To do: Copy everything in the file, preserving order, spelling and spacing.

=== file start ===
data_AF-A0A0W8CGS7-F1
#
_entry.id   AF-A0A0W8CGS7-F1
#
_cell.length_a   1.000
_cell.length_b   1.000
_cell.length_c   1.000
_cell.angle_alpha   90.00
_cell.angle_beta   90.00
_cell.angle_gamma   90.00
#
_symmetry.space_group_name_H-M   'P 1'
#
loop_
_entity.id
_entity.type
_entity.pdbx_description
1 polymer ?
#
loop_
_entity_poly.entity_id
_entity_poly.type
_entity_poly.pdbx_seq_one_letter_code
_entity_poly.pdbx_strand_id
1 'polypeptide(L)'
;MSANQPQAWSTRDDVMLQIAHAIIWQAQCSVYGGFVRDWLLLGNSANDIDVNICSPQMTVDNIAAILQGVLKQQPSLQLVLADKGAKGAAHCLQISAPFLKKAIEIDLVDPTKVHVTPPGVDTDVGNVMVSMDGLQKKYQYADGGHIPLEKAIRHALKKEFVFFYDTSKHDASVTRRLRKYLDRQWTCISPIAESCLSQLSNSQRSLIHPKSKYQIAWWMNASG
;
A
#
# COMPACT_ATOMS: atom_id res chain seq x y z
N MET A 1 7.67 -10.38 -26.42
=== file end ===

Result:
data_AF-A0A0W8CGS7-F1
#
_entry.id   AF-A0A0W8CGS7-F1
#
_cell.length_a   1.000
_cell.length_b   1.000
_cell.length_c   1.000
_cell.angle_alpha   90.00
_cell.angle_beta   90.00
_cell.angle_gamma   90.00
#
_symmetry.space_group_name_H-M   'P 1'
#
loop_
_entity.id
_entity.type
_entity.pdbx_description
1 polymer ?
#
loop_
_entity_poly.entity_id
_entity_poly.type
_entity_poly.pdbx_seq_one_letter_code
_entity_poly.pdbx_strand_id
1 'polypeptide(L)'
;MSANQPQAWSTRDDVMLQIAHAIIWQAQCSVYGGFVRDWLLLGNSANDIDVNICSPQMTVDNIAAILQGVLKQQPSLQLVLADKGAKGAAHCLQISAPFLKKAIEIDLVDPTKVHVTPPGVDTDVGNVMVSMDGLQKKYQYADGGHIPLEKAIRHALKKEFVFFYDTSKHDASVTRRLRKYLDRQWTCISPIAESCLSQLSNSQRSLIHPKSKYQIAWWMNASG
;
A
#
# COMPACT_ATOMS: atom_id res chain seq x y z
N MET A 1 7.67 -10.38 -26.42